Walter Williams, a Bundjalung man, was born at Bonalbo in the 1890s to Lansbury Williams, a renowned stockman and tracker, and Emily Charles. Lansbury Williams probably spoke the Gidhabal dialect of Bundjalung. Walter was also the great-grandson of King Bobby and Queen Jinny Little who both had strong ties to Yulgilbar Station on the Clarence River. Before taking the job as the tracker at Casino in about 1919, he worked as a bush labourer and horse breaker. On one occasion, he drove 200 horses to Tabulam before breaking them all. He was a master horseman.
Walter took over as the Casino tracker from his father-in-law Denny Joseph. He continued to break horses for the police. His other main jobs as the tracker were to look for people lost in the bush and trailing herds of lost or stolen cattle. His tracking career was sadly cut short in 1930 when he suddenly passed away suffering from pneumonia, a condition he had first suffered from in 1919. He was survived by his wife, Violet Joseph, and four children.Bundjalung News 01/11/1977; Death Certificate of Walter Williams 1930/005249; Casino and Kyogle Courier and North Coast Advertiser 26 February 1919: 2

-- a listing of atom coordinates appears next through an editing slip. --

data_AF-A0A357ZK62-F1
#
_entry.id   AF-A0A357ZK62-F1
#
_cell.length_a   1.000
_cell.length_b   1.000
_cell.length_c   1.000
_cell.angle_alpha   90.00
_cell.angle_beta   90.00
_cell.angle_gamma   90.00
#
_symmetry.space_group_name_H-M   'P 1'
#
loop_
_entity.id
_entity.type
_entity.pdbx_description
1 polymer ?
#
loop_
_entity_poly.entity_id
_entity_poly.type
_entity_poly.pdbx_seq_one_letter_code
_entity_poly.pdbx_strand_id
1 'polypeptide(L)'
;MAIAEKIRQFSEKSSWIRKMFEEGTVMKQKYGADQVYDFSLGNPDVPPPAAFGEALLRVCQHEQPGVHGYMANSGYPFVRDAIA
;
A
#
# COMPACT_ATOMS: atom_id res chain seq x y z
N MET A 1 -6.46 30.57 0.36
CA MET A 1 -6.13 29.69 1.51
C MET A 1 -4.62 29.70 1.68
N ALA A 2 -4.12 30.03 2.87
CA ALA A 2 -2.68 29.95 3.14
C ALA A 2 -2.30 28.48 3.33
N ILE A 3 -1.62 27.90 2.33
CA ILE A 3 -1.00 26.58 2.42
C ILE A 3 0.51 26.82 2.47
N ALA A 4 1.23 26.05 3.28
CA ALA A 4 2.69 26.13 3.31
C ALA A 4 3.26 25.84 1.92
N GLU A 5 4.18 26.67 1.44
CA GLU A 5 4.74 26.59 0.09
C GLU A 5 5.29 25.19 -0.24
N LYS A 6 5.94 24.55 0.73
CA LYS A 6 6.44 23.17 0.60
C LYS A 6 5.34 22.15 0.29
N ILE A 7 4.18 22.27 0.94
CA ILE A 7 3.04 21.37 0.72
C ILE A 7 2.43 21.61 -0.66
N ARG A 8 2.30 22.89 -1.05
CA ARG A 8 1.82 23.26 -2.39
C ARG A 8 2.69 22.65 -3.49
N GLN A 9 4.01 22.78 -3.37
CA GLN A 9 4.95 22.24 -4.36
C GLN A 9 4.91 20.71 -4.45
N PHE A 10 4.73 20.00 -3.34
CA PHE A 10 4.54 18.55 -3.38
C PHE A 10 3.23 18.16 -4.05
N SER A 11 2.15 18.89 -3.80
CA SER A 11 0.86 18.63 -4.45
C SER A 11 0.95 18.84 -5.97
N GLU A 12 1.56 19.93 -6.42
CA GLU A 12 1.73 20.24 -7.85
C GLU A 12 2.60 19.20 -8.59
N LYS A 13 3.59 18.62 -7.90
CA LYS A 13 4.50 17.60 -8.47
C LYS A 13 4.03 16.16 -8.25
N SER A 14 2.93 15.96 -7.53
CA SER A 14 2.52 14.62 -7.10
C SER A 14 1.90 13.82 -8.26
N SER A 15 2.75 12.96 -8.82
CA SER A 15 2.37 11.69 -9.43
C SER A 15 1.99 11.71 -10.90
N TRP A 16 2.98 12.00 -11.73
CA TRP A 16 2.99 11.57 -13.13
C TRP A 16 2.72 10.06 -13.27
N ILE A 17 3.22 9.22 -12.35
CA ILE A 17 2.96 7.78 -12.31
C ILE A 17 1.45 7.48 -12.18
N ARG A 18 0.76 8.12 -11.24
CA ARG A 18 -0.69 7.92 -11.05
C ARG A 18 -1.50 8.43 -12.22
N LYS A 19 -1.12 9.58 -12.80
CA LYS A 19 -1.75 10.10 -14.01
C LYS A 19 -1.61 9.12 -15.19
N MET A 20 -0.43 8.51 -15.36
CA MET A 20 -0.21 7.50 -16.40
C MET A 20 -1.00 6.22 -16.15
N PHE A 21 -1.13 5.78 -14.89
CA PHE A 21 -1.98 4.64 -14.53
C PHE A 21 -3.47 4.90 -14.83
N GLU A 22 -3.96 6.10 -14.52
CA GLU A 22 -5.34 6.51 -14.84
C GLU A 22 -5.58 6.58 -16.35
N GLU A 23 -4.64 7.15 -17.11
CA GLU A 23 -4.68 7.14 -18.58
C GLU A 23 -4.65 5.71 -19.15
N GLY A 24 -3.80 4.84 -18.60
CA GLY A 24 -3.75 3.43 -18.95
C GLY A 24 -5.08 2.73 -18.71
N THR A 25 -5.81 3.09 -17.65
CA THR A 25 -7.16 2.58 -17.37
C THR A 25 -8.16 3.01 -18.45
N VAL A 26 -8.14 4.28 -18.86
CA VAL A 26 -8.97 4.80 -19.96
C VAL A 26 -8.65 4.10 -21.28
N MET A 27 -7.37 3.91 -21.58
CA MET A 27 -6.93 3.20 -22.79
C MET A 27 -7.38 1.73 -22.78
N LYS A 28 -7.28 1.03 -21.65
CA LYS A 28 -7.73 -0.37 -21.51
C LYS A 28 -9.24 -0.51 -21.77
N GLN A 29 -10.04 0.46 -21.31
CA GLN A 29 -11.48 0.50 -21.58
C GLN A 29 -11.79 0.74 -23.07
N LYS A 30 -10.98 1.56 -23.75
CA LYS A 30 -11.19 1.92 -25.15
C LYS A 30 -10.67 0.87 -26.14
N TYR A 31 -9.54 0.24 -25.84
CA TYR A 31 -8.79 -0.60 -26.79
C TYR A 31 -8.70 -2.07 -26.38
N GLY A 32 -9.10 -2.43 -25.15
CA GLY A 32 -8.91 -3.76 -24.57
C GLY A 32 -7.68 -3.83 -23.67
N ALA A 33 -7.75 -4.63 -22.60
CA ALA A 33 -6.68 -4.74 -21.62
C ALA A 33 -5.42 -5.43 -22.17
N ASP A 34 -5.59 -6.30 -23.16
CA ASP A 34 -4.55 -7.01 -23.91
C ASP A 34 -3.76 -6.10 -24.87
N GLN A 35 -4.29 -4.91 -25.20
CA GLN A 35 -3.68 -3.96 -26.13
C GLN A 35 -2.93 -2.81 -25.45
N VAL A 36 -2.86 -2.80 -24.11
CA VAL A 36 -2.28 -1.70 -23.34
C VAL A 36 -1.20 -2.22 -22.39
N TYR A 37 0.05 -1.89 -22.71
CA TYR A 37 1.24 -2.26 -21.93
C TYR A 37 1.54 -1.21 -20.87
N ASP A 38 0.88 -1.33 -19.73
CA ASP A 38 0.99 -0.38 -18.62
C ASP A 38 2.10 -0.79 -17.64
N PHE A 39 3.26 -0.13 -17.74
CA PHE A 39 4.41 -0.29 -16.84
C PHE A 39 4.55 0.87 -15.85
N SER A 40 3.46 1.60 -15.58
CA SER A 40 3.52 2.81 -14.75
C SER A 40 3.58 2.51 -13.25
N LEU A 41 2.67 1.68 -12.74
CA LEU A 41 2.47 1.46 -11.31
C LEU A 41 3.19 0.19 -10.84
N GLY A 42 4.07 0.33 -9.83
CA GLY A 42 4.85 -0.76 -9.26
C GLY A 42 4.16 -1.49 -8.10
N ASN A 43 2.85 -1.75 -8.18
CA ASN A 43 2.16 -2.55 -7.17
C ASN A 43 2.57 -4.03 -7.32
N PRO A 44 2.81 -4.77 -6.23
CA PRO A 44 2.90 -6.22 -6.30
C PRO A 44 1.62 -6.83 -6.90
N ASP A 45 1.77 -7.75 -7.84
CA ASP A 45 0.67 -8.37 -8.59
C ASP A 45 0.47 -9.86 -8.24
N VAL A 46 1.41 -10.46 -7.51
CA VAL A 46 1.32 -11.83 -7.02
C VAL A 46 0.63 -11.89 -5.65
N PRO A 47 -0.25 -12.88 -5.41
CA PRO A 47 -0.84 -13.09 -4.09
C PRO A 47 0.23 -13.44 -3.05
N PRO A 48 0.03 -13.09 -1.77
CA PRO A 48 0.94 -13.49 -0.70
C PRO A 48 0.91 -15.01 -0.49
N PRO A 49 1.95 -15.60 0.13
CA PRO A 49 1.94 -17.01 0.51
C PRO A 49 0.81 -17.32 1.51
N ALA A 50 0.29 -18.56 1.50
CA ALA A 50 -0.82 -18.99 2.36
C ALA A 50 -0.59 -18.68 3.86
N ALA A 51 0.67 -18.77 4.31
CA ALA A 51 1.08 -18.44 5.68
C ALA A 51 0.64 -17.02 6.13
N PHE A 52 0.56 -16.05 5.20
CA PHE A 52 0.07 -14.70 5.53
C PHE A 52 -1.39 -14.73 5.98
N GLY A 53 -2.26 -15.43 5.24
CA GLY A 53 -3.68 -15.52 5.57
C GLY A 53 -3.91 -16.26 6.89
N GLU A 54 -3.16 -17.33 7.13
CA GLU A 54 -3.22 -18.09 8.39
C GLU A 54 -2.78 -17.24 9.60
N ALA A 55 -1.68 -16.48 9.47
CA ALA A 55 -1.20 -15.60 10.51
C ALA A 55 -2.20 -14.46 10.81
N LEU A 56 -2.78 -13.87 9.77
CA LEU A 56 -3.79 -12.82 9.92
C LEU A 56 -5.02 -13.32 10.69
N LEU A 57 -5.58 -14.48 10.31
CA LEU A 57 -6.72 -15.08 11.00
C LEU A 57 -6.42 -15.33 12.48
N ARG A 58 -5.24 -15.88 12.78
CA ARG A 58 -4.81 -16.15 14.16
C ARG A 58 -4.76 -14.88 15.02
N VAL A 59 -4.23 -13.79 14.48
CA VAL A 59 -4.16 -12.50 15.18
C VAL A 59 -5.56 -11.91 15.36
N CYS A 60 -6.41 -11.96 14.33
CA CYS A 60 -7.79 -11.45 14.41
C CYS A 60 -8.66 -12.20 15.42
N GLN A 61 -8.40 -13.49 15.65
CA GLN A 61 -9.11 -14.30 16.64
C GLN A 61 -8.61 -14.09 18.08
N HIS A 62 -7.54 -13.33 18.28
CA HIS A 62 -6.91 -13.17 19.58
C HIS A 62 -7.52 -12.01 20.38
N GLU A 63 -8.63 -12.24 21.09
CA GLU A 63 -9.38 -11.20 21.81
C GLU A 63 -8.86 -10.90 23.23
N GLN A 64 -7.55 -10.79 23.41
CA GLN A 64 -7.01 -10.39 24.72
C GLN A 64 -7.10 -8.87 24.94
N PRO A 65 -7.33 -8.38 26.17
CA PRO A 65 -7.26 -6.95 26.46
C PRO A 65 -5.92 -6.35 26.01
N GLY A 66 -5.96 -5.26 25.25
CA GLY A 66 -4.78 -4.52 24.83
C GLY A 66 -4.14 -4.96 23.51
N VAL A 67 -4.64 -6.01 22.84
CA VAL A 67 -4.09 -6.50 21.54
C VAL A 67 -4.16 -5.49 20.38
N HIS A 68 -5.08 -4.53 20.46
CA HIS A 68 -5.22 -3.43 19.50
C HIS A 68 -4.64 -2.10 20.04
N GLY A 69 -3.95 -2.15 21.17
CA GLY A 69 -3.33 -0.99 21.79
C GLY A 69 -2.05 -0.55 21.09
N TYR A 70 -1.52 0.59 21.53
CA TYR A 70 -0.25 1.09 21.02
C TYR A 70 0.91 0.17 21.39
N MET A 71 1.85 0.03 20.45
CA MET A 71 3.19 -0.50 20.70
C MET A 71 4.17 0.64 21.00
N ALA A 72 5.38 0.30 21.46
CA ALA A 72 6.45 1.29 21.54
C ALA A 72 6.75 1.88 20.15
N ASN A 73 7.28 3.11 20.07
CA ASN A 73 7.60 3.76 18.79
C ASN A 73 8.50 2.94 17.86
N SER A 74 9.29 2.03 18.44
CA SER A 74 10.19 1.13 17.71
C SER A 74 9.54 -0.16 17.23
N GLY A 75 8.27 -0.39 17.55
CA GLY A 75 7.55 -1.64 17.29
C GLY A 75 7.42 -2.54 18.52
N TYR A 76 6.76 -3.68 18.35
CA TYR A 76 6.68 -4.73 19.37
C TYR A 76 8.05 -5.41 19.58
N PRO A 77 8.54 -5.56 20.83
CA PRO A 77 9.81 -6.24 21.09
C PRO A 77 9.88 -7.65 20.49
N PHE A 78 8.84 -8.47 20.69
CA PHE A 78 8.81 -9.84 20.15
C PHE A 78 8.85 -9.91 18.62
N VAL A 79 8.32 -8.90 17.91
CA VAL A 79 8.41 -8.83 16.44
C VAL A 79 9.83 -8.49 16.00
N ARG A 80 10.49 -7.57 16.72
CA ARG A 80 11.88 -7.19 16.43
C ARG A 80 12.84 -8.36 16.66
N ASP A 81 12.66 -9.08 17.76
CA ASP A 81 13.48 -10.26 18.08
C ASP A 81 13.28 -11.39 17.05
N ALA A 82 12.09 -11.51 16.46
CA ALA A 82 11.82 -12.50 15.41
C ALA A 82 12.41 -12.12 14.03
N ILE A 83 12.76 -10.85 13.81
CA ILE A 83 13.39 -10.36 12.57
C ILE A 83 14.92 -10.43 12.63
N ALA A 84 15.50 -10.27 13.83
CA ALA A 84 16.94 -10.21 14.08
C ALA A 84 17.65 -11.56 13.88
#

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|1.||↑||Bundjalung News 01/11/1977; Death Certificate of Walter Williams 1930/005249; Casino and Kyogle Courier and North Coast Advertiser 26 February 1919: 2|
This website explores the history of Aboriginal trackers in NSW from 1862 when the current NSW Police Force was established through to 1973 when the last tracker, Norman Walford, retired. You can read about the lives of individual trackers and some of the incredible tracking feats they performed. There is also information about the police stations where they worked and...Learn More ►
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